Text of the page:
TCP Proxy is a man-in-the-middle for TCP connections. Just like Sniffer, it is intended for intercepting data being passed between 2 TCP nodes.
You set it up with a specific interface and TCP port to listen on and a specific destination address to connect to. Whenever a client connects to the server side of TCP Proxy, the client side establishes a secondary connection to the specified desintation. Then TCP Proxy keeps passing data back and forth between its two peers while logging everything in the process.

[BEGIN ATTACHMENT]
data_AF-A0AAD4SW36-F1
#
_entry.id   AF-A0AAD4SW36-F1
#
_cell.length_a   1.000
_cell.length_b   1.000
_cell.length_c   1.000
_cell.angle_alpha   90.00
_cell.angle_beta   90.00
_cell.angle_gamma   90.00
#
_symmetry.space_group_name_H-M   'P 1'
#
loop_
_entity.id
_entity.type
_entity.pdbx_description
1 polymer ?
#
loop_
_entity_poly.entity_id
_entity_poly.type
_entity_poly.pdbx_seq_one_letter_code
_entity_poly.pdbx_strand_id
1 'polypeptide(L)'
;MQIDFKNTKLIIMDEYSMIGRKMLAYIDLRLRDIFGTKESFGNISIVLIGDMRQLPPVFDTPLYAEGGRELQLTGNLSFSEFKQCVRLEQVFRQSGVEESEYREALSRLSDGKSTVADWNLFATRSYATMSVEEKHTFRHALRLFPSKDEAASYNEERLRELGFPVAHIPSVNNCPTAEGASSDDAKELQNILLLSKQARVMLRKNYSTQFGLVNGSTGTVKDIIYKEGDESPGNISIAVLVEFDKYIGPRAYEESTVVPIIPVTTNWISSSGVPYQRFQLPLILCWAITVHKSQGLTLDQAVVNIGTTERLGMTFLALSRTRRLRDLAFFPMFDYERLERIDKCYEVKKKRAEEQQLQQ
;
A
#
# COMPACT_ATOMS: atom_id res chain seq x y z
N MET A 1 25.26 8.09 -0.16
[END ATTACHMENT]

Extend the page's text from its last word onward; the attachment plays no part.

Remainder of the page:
In some situations, this proxy approach is better than a sniffer.
Using a sniffer for intercepting the packets of a connection you want to monitor isn't always easy. For example, if it's TCP over Wi-Fi, PCap doesn't cut it. Or it could be regular Ethernet networking, but with both nodes outside of your local network segment, beyond the reach of a sniffer. Redirecting TCP communications through IO Ninja TCP proxy solves these problems.
Another reason to use a proxy instead of a sniffer is clarity of representation. When you use a TCP proxy, it's easy to follow the actual data exchange. The log looks just like when you're using the TCP Connection plugin, as opposed to the packet-based representation generated by a sniffer.